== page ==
Coding forest

A blog about code and stuff

about me

Hi I'm Juan! I'm a software developer from Argentina 🇦🇷living in the Bay Area. On this blog I share the things I learn on software development and other related topics.

Hope you like it! ❤️

Sifter: Scalable Sampling for Distributed Tracing

Distributed tracing can be ridiculously expensive if you try to trace a hundred percent of requests. A common technique to reduce costs is to sample only a small portion of the traffic. But naive sampling techniques like uniform sampling will inevitably capture more common-case executions and might miss the more interesting edge cases. Instead, Sifter’s approach is to bias sampling decisions towards outliers and anomalous traces. This way, anomalous traces have a higher chance of being sampled, and the more uninteresting traces are discarded.

written in distributed-tracing, observability, papers, sampling Read on →

Google Docs Could Be So Much Better!

Lots of businesses run on Google Docs. It’s how we write memos, define strategies, discuss proposals, document decisions, write tutorials, and plenty of other things.

Google Docs is a fantastic piece of technology. I almost can’t imagine how we worked before it (productStrategy-Jun-2004-version13.docx anyone?). And yet, I sometimes feel like it could be so much more! Like we’ll look back in 10 years and think: “My god! I can’t believe we were working that way!”. Improving Docs has the potential of completely overhauling the way information flows through an organization. Here are some ideas on how Google could improve it.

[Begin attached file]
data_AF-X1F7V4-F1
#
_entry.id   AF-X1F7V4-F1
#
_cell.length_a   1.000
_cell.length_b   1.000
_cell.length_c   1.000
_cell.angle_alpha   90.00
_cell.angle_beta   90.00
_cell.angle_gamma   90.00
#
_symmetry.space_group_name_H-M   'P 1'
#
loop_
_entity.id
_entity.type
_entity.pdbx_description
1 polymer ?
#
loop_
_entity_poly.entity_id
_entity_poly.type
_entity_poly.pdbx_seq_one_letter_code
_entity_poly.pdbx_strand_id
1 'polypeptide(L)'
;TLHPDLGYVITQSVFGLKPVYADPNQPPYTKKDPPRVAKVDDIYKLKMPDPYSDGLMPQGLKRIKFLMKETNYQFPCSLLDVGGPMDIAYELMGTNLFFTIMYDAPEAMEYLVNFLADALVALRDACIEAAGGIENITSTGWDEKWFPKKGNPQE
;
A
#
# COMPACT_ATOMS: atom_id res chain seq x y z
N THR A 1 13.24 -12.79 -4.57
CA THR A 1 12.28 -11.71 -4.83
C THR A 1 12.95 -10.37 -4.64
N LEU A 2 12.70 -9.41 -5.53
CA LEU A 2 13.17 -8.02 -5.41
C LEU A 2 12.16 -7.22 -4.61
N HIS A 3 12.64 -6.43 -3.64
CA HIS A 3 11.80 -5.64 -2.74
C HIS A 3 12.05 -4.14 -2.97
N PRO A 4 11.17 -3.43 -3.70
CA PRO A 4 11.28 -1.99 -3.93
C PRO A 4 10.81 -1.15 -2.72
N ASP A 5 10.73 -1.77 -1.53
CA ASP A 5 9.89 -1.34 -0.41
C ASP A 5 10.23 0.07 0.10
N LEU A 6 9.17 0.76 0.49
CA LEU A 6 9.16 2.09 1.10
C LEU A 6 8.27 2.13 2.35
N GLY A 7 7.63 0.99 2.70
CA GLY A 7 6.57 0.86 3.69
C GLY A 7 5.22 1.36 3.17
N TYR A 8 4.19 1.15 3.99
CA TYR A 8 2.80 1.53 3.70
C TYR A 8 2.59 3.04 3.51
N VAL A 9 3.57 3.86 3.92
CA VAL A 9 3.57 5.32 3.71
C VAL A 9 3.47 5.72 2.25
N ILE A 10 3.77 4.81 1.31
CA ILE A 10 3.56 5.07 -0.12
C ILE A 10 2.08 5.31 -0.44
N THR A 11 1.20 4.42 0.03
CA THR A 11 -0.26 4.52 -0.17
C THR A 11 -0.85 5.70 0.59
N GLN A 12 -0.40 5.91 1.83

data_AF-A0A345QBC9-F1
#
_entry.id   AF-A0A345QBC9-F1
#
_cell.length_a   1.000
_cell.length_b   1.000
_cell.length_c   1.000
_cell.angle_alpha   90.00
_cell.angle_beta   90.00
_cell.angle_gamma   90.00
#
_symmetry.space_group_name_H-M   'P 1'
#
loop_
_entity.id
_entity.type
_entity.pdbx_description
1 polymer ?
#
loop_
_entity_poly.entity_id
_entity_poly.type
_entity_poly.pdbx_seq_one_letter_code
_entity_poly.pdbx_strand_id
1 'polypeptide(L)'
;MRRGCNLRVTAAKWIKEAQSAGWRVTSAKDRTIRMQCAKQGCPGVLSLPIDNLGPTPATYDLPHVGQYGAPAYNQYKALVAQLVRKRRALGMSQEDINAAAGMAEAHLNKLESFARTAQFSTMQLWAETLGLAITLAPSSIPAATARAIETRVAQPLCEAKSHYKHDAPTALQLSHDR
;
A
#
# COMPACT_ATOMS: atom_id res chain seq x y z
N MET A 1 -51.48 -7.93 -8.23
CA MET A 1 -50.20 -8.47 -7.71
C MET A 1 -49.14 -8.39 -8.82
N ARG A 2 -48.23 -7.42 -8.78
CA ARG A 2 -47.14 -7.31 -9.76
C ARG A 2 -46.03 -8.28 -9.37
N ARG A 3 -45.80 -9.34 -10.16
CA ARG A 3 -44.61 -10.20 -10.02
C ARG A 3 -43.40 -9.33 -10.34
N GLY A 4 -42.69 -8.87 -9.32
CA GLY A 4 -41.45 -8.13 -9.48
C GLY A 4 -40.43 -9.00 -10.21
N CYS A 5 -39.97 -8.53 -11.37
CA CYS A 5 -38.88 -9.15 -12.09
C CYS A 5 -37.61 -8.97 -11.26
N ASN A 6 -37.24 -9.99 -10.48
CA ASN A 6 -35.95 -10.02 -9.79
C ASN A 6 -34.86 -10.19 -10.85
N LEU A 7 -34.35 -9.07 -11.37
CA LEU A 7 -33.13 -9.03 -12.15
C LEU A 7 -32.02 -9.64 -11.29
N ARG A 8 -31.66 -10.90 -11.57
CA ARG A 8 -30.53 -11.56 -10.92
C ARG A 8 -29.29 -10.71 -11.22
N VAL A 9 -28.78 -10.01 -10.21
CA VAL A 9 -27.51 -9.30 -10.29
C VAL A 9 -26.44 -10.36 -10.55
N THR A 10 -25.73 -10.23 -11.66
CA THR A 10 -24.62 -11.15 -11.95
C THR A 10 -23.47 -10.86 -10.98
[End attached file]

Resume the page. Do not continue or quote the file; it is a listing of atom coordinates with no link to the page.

written in Read on →

About Deploying on Fridays

Common knowledge says that you don’t deploy on Friday if you want to have a peaceful weekend. Yet, some people will tell you that if you’re not comfortable deploying every day of the week, you’re doing it wrong. They’ll say that deploying shouldn’t be scary and that you probably don’t have enough tests. So, which one is it?

written in ci/cd, deploy, deployment, o11y, observability, release Read on →

Documenting Decisions

It’s Monday morning. You’re sitting at your desk with your steaming cup of Joe, ready to sink your teeth into that new feature you have to develop. The git pull downloads months worth of changes, and you dive into the code. Piece by piece, you start building a mental model of the system, trying to make sense of the different components. But something doesn’t feel right. Why was it built this way? It feels weird, it feels so obviously wrong, so poorly designed, so suboptimal.

You realize you need help. Whoever wrote this mess should be able to provide some context. You run git blame and your own name hits you in the face like a brick. You start thinking that maybe it’s no so wrong. That you probably had your reasons. If you could only go back in time and ask your past self…

written in architecture, culture, documentation Read on →

Effective Testing - Reducing Non-determinism to Avoid Flaky Tests

Flaky tests are those that randomly fail for no apparent reason. If you have a flaky test, you might re-run it, over and over, until it succeeds. If you have a couple of them, the chances of all passing at the same time are slim, so maybe you ignore the failures. You know, just this one time… Soon enough, you’re not paying attention to failures on this test suite. Congratulations! Your tests are now worthless.

written in effective-testing-series, flaky, non-determinism, testing, tests Read on →